# Truth table proofs

Truth tables are used to show all possible values that a given logical expression might take.

## Contents

# Examples

## Definition of AND

The following gives the definition of the logical AND operation.

A | B | A ∧ B |
---|---|---|

false | false | false |

false | true | false |

true | false | false |

true | true | true |

## Proof of one of De Morgan's laws

A truth table can also be used to prove a logical identity. The following proves De Morgan's law that ¬ (A ∧ B) is equivalent to (¬ A) ∨ (¬ B). Notice that the truth values for these (the last two columns in the table) are always the same.

A | B | A ∧ B | ¬ (A ∧ B) | (¬ A) ∨ (¬ B) |
---|---|---|---|---|

false | false | false | true | true |

false | true | false | true | true |

true | false | false | true | true |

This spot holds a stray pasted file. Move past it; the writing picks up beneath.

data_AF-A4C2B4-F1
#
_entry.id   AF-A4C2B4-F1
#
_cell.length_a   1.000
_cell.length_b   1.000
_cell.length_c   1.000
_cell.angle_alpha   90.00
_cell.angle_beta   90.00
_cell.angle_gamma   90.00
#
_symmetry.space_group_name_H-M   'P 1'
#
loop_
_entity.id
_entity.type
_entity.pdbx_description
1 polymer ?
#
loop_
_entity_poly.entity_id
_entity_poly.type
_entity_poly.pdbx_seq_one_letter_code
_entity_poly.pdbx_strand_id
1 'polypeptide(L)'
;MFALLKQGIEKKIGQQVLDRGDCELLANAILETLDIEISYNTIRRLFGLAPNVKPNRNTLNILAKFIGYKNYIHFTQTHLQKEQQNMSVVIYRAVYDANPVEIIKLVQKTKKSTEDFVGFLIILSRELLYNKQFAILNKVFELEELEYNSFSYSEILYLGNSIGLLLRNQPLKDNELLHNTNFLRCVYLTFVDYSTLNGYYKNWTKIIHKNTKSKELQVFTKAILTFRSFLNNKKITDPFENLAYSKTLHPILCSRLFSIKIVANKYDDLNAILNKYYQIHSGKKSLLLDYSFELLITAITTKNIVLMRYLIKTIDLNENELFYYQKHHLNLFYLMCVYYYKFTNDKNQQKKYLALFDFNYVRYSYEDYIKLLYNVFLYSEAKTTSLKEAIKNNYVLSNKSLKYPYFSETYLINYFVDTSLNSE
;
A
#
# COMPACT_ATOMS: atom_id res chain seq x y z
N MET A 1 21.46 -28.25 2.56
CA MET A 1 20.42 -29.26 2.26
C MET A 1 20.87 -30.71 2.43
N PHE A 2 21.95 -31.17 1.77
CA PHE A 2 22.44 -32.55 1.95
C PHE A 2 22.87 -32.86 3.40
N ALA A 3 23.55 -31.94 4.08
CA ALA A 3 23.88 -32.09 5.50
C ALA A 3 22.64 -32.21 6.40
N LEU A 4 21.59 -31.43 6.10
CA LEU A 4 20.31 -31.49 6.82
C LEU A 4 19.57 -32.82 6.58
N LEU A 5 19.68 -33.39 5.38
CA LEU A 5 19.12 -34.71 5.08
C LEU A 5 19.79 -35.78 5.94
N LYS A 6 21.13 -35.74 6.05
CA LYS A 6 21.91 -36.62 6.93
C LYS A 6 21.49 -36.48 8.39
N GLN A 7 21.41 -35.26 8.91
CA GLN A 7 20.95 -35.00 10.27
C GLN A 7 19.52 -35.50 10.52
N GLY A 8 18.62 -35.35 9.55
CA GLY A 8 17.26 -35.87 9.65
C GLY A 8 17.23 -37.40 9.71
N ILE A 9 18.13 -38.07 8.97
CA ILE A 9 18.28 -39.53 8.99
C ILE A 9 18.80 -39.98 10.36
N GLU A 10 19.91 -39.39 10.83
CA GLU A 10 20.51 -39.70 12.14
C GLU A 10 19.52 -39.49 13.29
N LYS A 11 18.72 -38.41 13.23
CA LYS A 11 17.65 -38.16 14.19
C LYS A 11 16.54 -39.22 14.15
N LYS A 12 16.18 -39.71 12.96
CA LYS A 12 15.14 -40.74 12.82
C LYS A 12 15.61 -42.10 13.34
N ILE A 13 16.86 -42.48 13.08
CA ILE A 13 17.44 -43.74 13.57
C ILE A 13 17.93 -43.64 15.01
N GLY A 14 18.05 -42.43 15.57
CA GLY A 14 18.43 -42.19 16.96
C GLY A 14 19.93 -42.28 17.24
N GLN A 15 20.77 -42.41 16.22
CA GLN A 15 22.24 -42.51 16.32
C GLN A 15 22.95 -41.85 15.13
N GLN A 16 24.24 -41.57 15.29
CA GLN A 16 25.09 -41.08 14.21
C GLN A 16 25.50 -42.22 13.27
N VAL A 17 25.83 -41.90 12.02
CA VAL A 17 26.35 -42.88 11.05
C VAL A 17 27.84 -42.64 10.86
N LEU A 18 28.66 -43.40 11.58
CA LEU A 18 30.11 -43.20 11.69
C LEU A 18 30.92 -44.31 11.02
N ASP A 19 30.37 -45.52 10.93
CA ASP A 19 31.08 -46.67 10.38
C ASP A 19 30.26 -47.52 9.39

true | true | true | false | false |

## Disproof of a logical fallacy

Truth tables can also be used to disprove a logical fallacy. For example, one fallacy is to assume the converse of an implication holds. If you know that (A → B) is true, and you know that B is true, the fallacy would be to then conclude that A must also be true. Note that the statement - "if an animal is a mammal then it is also a vertebrate" - is true. If we have an animal that is a vertebrate (for example, a dog), it would be a fallacy to now conclude that the animal must also be a mammal.

Consider this truth table.

A | B | A → B (which is equivalent to ¬ A ∨ B) |
---|---|---|

false | false | true |

false | true | true |

true | false | false |

true | true | true |

In the